The line about ‘hidden hunger for the meat, meat, meat!’ from ‘Joy Through Work’ is recapped with modified lyrics – almost a leitmotif – in ‘Work’; as we turn corner after corner, we catch glimpses of distant blocks that we visited earlier on: ‘There’s a sickness in the heart of every person I have met/that eats away ambition/and replaces it with debt/and monotony and hunger and a dull regret’. Only mildly garnished with glumness, this is a candid record to face what could become, in the wrong hands, too serious a topic. After our tour however, we climb a hill and look down at Borderville. It twinkles in the twilight. And up here, free from demonic personalities, we meet our guide’s real family. ‘They’re all that you’ve got for your own’, reminds Swarbrick. The contraption might be terrible, says Borderville, but sod the machine; the cogs are human. Wait, change the address on that envelope – Terry Gilliam should get a copy of this.

Joy Through Work is self-released, available in gatefold hard copy and on all major digital platforms from 7th December

Adam Fletcher -

"Album Review"

No-one would have believed, in the last years of the twentieth century, that ornate, theatrical pop music would ever be seen again. Whilst Travis was paving the featureless yellow path that led to Coldplay’s ubiquity, the ears of the scene were either tuned to dour, po-faced post-rock expanses in the form of Mogwai and Godspeed or the mumbled introspection of Low and The Tindersticks. And yet, some survived who believed in the power of drama, who revelled in the communicative possibilities of façade and pretence, who felt that musical invention was better shown by intricate, intelligent orchestration than by the portentous length of tracks (or their titles). And slowly, and surely, they drew their plans against us.

Whilst cabaret pop hasn’t precisely taken over the world, Borderville’s gloriously over-reaching debut album seems a perfect zeitgeist Polaroid, a record so theatrical it should come with a glossy programme and an unfeasibly overpriced ice cream. And it’s an incredible piece of work, welding Bowie’s cracked actor dramatics to off-Broadway torch songs, with crescendos direct from Queen’s halcyon days. Joe Swarbrick may not have the most agile – or even tuneful – voice in town, but he may well have the most expressive, alternating between stage whisper and Christ-pose rock howl to wring every ounce of emotion from elaborate rock opera opuses. The wonderful “Short Sharp Shock” is a prime example, capturing the whiff of deflated expectations as a band packs up after a show, offsetting some emotive, barely pitched yelps with massed Original Cast Recording backing vocals. Everything about this surprisingly varied LP is overdone to a T, and Borderville have clearly realised that, whilst sincerity and chest-bashing might do the trick, emotions can be far more powerfully expressed if we all realise they’re artificial. The mask is always more frightening once you know it’s a mask.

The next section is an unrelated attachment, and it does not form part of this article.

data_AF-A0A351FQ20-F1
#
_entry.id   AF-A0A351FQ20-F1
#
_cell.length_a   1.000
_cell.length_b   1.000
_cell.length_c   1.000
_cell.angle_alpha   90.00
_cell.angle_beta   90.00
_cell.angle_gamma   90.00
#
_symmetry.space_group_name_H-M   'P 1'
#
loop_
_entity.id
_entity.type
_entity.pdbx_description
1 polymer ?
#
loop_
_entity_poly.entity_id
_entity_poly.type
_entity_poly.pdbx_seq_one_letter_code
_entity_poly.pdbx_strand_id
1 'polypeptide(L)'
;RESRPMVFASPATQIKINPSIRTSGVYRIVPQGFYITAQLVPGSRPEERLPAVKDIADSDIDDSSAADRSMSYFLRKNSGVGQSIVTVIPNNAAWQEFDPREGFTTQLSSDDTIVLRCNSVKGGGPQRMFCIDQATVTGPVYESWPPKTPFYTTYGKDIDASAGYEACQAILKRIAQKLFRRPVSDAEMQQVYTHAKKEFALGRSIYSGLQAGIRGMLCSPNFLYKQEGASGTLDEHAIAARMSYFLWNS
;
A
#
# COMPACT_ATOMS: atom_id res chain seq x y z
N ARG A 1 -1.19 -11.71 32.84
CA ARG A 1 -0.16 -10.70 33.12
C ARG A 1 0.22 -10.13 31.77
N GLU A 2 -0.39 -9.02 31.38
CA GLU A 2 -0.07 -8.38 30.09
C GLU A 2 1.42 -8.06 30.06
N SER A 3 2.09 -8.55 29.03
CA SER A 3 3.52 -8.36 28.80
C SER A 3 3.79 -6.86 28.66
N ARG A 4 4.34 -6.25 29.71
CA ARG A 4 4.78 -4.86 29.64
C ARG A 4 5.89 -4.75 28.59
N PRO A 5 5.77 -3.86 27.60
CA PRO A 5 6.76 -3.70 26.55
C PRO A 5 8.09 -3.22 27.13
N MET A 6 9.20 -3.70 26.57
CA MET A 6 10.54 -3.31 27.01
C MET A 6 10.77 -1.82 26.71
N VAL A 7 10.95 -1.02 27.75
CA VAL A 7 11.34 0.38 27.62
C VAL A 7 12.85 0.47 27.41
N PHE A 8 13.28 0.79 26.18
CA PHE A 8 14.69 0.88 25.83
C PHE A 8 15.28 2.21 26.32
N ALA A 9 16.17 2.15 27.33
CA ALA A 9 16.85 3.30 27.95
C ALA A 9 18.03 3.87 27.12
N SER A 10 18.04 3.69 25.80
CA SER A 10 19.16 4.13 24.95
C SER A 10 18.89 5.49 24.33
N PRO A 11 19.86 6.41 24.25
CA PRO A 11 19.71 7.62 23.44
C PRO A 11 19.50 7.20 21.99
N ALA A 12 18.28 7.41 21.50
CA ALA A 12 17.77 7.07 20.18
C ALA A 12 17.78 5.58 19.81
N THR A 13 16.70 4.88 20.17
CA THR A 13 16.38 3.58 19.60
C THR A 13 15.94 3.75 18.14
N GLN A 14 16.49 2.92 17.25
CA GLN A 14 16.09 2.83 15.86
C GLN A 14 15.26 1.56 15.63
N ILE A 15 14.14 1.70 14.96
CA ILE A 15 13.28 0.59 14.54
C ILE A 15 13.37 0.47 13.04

The rest of the band is also superb, dealing in the wild dynamic variations that can only be achieved with sensitively controlled ensemble playing. Keyboard player “Woody” Woodhouse deserves especial praise for his improbably fluent runs across the ivories, the synth whoops of live favourite “Glambulance”, the tipsy stumbling solo of “Lover, I’m Finally Through” and the jerky mazurka of “Short Sharp Shock” particularly standing out. What’s most impressive about the record is how much variation the band achieves with a relatively sparse sonic palette: it would have been all too easy to drench everything in swooning strings and ersatz effects, but Borderville have retained the sound of a simple rock quartet and pushed it into some intriguing places

No matter how unfair we find it, most of the world considers every damn person in Oxford to be a limp-wristed, pretentious, teddy-clutching silver spoon sucker, honking away about Byron and ponies. A review of Winnebago Deal some years ago in the NME said something like, “What are you lot so grumpy about? Was your 15th century quad not properly manicured this morning?” Yes, even the whiskey-soaked death-grunge hollers of two hairy creatures from darkest Eynsham brought forth plummy images from Uncle Monty’s most rose-tinted recollections. We feel that, if this is how the world sees us, we should embrace it. We’ve already given the world the preppy Bowdlerised art-funk of Foals and Stornoway’s warm-jumpered folk poetry, let’s complete the picture with Borderville’s greasepainted bombast. Cherish them. -